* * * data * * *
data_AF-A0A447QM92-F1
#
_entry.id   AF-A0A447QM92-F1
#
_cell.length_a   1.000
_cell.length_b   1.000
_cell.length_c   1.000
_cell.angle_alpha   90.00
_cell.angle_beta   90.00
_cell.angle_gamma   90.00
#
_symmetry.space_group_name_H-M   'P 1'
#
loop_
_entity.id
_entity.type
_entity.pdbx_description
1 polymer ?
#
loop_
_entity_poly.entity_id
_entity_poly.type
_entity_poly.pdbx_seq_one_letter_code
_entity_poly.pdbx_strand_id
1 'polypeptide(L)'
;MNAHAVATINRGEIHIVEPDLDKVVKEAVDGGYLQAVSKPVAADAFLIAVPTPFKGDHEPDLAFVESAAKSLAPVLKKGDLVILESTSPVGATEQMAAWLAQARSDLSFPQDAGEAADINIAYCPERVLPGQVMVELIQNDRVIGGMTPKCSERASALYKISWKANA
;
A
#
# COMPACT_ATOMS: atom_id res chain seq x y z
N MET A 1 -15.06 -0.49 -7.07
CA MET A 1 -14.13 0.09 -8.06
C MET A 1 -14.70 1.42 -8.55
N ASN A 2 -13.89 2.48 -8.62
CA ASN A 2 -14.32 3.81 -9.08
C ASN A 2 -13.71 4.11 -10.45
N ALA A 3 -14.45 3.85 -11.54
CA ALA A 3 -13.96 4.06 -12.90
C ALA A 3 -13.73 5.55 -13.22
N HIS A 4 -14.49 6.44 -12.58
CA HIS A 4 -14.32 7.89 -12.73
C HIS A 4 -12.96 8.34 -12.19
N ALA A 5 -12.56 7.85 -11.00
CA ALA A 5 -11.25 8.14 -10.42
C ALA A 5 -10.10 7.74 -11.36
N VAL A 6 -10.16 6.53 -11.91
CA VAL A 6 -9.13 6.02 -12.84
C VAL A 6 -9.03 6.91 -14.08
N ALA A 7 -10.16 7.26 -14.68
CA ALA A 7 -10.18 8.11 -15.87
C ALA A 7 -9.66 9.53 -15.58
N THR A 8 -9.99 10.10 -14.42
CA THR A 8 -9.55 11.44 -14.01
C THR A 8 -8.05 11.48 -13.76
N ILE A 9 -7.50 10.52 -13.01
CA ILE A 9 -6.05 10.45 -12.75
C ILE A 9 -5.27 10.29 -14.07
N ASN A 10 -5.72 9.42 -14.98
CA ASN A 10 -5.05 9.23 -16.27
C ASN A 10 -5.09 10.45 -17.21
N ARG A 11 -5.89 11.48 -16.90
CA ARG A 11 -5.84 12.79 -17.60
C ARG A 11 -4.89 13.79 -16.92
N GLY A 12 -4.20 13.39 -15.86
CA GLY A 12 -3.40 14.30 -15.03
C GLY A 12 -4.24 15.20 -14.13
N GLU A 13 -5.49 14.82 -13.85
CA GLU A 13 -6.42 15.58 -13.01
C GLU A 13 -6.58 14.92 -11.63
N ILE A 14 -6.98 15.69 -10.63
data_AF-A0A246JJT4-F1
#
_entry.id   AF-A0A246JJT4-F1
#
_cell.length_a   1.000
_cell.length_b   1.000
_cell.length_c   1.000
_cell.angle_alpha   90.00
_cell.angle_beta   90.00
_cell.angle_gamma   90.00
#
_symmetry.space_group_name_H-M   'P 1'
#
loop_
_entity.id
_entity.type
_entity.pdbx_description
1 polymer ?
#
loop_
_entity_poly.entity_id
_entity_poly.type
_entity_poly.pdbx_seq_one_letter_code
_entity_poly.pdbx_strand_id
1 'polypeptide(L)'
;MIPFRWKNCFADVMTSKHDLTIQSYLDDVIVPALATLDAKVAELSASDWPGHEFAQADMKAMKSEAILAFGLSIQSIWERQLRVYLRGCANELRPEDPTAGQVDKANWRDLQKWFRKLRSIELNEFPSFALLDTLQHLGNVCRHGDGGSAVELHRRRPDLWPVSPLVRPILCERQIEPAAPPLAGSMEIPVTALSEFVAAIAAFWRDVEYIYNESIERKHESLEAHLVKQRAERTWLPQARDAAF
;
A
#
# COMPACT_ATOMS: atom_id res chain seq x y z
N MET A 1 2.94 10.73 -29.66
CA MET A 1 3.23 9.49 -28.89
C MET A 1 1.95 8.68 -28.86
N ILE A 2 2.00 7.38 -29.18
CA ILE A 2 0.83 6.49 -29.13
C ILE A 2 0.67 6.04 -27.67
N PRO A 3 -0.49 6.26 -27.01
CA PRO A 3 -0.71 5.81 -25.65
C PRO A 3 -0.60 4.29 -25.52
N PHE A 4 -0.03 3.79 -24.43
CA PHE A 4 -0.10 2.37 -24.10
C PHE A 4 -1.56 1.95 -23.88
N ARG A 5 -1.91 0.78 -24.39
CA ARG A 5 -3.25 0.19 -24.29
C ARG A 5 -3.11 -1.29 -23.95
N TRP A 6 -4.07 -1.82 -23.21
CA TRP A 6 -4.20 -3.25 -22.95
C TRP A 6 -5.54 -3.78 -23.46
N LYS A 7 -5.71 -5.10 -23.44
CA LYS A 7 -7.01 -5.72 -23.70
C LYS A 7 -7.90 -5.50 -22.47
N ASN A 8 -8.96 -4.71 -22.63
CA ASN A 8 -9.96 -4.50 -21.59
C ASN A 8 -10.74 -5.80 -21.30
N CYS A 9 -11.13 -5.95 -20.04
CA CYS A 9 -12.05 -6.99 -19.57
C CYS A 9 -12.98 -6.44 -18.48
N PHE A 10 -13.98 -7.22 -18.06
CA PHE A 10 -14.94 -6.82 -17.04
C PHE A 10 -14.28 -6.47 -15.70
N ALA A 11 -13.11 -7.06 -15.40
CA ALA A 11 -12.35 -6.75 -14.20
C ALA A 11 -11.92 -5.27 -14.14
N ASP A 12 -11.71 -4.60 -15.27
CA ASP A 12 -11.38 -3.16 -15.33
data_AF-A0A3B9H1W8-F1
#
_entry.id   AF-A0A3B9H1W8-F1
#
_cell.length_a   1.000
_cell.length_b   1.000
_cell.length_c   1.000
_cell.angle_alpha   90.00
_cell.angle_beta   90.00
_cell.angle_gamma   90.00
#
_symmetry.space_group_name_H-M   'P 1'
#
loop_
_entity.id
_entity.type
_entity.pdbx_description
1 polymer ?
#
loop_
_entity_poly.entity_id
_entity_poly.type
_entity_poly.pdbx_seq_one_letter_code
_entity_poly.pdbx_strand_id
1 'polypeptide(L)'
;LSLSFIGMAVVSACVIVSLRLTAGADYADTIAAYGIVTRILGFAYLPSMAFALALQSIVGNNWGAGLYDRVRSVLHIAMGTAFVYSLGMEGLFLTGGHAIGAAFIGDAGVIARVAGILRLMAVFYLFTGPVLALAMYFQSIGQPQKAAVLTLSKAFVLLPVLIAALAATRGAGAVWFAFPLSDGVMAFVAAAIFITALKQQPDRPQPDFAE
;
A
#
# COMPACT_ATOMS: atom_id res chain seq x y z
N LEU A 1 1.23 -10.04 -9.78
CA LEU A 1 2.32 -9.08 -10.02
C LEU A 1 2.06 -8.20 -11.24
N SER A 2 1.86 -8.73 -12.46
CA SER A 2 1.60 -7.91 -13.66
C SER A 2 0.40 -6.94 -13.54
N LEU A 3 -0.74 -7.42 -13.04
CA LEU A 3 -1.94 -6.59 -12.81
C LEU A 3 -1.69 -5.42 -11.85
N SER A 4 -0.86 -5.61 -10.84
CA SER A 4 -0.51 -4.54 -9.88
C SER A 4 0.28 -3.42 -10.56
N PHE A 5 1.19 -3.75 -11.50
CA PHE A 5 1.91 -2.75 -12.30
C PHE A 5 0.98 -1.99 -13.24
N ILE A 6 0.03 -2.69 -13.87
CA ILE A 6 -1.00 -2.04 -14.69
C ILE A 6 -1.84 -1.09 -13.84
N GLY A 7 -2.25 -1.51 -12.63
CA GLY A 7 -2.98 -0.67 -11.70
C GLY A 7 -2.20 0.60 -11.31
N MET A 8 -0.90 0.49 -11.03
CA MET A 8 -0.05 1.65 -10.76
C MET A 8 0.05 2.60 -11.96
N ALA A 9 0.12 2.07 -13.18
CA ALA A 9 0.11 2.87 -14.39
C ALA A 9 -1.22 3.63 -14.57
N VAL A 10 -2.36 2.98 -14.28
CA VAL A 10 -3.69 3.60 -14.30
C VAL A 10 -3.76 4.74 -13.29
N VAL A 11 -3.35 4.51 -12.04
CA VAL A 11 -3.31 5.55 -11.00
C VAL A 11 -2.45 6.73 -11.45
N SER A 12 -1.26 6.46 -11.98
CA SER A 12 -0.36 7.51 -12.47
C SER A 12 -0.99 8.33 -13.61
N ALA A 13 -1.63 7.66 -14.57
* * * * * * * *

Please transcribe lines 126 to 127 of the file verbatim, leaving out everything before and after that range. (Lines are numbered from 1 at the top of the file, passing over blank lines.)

CA CYS A 9 -12.05 -6.99 -19.57
C CYS A 9 -12.98 -6.44 -18.48